Fuel Injector Clinic flow sheet sample:

Data Match Flow Sheet Sample, click image for larger view

View a Sample Injector Flow Sheet.

Base Fuel Pressure (also: Base Pressure): The pressure to which a fuel system is regulated during start and idle condition. When using a 1:1 rising rate fuel pressure regulator, the Base Pressure is the differential that the injector ‘sees’ regardless of boost level and is therefore the constant operational pressure of the injector.

CC/Min (cubic centimeters per minute): The Metric unit of measurement used to describe the flow rate of injectors. It is important to note that this value depends on what fluid pressure is used. (See ‘Bernoulli’s Principle and Fuel Injectors’)

Diffuser Plate: These plates are visible on to the bottom of many modern injectors. The plates contain any number of holes of differing sizes and orientations. Diffuser plates are often welded onto the bottom of injectors and can be used for restricting flow and/or changing the spray pattern.

Duty Cycle (also: Injector Duty Cycle or IDC): The time that a fuel injector spends open compared to the total time available (two rotations of a four stroke engine), typically expressed in a percentage.  Duty cycle is RPM dependant since the faster an engine spins, the less time an injector will have available to open before the next ignition event.

Ferrous (Metals): A term used to denote the presence of iron (Fe) in a metal alloy. In order for an electromagnet within a fuel injector to move the internal valve mechanism, it must act upon a ferrous piece within the injector. It is these ferrous pieces which are susceptible to corrosion.

Hygroscopic: the ability of a substance to attract and hold water in suspension

Impedance (also: “Z” e.g. ‘high-Z’ or ‘low-z’): The coil resistance in ohms measured over the two injector terminals.

Injector Length: Injector length is typically measured from the center of the upper seal (o-ring) to the center of the lower seal (o-ring in most cases). Typical injector heights are 64mm, 53mm, and 38mm between o-ring centers.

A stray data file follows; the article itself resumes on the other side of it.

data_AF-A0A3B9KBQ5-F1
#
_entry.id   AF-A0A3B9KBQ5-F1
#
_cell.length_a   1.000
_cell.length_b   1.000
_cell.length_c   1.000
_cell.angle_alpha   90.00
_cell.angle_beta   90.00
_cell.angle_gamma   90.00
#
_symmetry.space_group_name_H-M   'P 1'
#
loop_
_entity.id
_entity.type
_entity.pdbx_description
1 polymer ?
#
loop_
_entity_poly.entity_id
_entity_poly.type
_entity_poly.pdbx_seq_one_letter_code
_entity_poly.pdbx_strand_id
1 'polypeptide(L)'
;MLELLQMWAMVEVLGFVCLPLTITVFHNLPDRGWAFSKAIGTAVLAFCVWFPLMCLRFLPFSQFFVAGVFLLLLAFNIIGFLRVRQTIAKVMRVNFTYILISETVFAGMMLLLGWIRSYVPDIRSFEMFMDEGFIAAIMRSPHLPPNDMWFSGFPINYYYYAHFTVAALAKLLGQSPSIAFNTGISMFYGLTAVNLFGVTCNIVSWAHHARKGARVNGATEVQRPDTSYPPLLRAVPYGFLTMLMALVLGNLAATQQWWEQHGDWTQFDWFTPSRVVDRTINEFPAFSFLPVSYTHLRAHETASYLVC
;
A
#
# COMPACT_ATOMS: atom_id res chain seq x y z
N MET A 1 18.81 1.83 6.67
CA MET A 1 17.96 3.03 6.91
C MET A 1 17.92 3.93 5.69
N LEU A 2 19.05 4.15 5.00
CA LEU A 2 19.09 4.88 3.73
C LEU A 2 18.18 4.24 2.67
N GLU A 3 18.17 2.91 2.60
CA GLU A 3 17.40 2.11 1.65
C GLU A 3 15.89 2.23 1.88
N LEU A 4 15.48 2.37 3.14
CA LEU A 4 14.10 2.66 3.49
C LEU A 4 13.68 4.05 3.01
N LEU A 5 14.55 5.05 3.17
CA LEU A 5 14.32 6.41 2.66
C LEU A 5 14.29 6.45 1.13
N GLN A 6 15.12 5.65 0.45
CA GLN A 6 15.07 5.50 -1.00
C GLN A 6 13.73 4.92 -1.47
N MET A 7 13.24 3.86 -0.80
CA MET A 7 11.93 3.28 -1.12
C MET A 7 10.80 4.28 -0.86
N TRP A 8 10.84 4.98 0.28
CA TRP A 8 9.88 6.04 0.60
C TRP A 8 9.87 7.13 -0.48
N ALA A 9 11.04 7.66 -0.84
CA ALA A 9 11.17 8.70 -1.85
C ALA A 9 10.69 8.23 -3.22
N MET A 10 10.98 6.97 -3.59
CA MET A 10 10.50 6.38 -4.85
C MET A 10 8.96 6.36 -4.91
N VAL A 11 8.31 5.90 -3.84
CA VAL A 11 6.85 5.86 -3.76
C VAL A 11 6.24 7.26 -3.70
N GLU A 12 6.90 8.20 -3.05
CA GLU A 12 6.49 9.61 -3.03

Lb/hr (pounds per hour): The Imperial/American or ‘SAE’ unit of measurement used to describe the flow rate of injectors. It is important to note that this value depends on what fluid pressure is used. (See ‘Bernoulli’s Principle and Fuel Injectors’)

Multi Port Injection (MPI): Fuel injection system that utilizes individual an injector for each cylinder. These injectors are typically installed in the intake manifold near the cylinder head or in the cylinder head itself, and aimed to spray fuel at the intake valve(s). These injectors can be fired sequentially (each injector is timed to fire just prior to opening of the corresponding intake valve), in batches (groups of injectors fired together), or simultaneously (all injectors are fired at the same time). This type of injection allows the precise and even dispensation of fuel to all cylinders.

Peak and hold: This signal is used for operating low impedance injectors which utilizes a ‘two-step’ operation: a stronger initial(peak) current to open a low impedance injector quickly which then decreases to a weaker ‘hold’ current which is enough to keep the injector open but also allows the injector to close more quickly.

Pickling (your fuel system): Pickling is a slang term used to describe the process of preserving your fuel system components by running some type of preservative fluid (regular gasoline in most cases) through the system. This is done in order to displace liquids that can hold water such as alcohol based fuels (including E85).

Pulse: One fueling operation for a single injector which typically coincides with the intake stroke of its matching cylinder in a MPI setup.

Pulse Width (also called Injector Pulse Width or IPW): Length of time between the ‘on’,or ‘actuation’ of the injector and the ‘off’, or ‘deactivation’ of the injector for one pulse or fueling event. Pulse width is used in conjunction with RPM to determine the injector duty cycle.

Saturated: This signal is used to operate high impedance injectors. Rather than a complicated injector driver signal requiring a mid-pulse reduction, a saturated signal is a simple constant strength signal.

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